Was wondering if any of you knew anything about gait belts. I saw them being used at the rehab hospital my son attended a couple of years ago but at that time he was only taking a few steps while suspended from a ceiling hoist, so not at all a candidate for using them. Would a gait belt be useful either for his overground walking with the hoist (see video link posted above to see how he does it) or in the pool?

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                  • #10
                    What does something like the gait harness system run Mamadavid? We have a Rifton gait walker but its not big enough for hubby, it wants to tip on him.

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                    • #11
                      Have a look at their website (link in my first post) for the exact price, but I think I was looking at 6,000+ US$ after a discount and before shipping.

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                      • #12
                        A proper use of a gait belt is to give an assistant a "handle" to hold for helping to steady balance, not for lifting. Does he walk with another person holding him? It certainly is safer than someone holding him by the arm (which I have seen result in rotator cuff tears in a fall). They are easy to find from catalogs such as Patterson (Sammon Preston).

                        You may have to experiment with different types of walkers (get a used one or two) to see which type will be fill with water when submerged. Parallel bars that are semi-portable can also be placed inside a poor, and many people make their own out of plumbing pipe and a wooden or plastic base.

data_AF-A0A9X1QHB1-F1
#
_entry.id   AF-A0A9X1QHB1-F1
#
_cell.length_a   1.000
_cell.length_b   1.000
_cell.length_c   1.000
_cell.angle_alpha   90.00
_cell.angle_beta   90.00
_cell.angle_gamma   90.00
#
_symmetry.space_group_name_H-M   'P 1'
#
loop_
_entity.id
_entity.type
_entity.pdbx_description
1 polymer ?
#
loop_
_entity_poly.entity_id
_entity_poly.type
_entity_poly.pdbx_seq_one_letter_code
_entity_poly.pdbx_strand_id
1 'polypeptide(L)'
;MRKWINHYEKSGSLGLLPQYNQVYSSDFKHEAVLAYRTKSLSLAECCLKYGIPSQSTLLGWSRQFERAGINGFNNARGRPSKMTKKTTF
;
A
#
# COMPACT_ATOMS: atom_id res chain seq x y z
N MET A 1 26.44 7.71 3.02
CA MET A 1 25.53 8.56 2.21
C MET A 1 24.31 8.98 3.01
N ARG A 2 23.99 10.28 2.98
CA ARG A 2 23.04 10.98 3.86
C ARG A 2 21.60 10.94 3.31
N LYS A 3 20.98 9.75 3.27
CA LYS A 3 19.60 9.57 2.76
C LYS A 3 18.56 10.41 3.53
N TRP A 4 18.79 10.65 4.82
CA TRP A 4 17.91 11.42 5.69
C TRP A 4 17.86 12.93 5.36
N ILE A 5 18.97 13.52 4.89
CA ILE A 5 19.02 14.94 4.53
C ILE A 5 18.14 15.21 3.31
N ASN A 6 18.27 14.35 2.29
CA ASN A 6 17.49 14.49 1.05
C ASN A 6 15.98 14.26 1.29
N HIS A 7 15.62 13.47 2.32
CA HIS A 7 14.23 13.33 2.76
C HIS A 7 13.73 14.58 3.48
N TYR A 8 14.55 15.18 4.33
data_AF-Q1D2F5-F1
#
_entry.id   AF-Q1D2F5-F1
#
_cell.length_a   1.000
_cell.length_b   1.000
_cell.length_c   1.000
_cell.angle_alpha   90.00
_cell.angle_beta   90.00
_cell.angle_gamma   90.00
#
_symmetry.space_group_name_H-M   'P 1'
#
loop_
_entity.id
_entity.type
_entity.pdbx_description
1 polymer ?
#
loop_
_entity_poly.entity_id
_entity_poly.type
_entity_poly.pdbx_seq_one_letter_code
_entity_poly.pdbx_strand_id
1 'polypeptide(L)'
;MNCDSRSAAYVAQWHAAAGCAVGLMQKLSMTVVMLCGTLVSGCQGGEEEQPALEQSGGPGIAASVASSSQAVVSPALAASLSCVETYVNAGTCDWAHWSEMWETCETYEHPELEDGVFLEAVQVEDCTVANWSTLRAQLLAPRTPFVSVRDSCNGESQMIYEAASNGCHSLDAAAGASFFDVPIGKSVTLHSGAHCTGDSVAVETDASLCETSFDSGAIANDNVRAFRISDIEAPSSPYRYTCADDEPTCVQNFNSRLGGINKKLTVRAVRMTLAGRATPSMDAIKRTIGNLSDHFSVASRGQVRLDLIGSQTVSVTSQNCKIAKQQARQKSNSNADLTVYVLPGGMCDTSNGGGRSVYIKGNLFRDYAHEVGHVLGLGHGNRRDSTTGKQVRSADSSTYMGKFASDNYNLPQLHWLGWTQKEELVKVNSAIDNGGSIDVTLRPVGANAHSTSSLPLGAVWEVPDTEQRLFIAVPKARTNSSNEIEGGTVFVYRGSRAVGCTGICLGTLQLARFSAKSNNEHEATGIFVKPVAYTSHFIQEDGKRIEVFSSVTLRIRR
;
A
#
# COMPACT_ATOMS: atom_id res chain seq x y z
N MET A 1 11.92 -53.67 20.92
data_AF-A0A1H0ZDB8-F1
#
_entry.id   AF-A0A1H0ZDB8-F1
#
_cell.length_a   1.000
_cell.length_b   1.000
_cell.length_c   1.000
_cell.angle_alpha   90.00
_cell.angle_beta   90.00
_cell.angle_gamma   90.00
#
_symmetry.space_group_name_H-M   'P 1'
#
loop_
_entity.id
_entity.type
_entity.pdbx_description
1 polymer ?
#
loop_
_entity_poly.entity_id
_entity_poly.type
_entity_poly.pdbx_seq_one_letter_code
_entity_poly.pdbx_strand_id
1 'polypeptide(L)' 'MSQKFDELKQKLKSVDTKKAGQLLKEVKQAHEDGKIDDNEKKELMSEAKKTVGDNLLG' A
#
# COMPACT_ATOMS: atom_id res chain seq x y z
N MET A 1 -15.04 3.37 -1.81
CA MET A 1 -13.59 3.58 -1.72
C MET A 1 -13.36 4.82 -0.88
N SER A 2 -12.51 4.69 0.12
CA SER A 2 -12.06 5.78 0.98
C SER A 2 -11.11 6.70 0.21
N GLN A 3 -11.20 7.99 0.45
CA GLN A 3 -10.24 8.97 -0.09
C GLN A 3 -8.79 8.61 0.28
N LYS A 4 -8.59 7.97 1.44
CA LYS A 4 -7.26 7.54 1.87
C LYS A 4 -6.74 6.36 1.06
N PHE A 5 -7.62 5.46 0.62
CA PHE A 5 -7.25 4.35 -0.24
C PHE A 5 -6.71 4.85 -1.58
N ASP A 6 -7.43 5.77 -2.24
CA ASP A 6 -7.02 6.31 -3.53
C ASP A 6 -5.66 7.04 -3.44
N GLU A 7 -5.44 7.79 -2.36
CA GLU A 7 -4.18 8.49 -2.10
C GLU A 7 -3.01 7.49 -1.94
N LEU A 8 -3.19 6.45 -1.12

(KLD)
                        The SCI-Nurses are advanced practice nurses specializing in SCI/D care. They are available to answer questions, provide education, and make suggestions which you should always discuss with your physician/primary health care provider before implementing. Medical diagnosis is not provided, nor do the SCI-Nurses provide nursing or medical care through their responses on the CareCure forums.

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                        • #13
                          I agree that a pool is an excellent alternative to walking with the various body weight assistance devices. Talk with his current therapist about options for doing this (is there a pool in your rehab hospital?, and if any options exist for doing this with the guidance of a therapist, or even by hiring a private trainer at a private pool?).

                          The hardest part of a pool is getting in/out safely. Some pools have lifts, other have stairs, and some people have strong upper body strength and can safely get themselves in/out.

                          But you can't fall and hurt yourself in a pool!

                          The best thing about the type of body weight device he is using now is that other therapists can reach in and "help" his legs. However, these are not very comfortable and require a lot of assistance to use. As he gets more independent, he should look for a rehab place or a gym that has an AlterG treadmill machine.

                          /forum/showthread.php?t=177218

                          http://www.alter-g.com/

                          My father is going to a private rehab clinic now that has one of these and they are really excellent. They are safe - you can't fall. But they are hard to use before you are able to take many steps on your own. However, they have also designed a model where therapists can reach in and help your legs. I haven't seen one though.

                          They are expensive, but one person in our city has bought one for his own personal use. He is a quad. They are becoming more popular in the US and can be found in many rehab clinics and private gyms. But it is harder to find an experienced trainer who has used them in patients with spinal cord injury.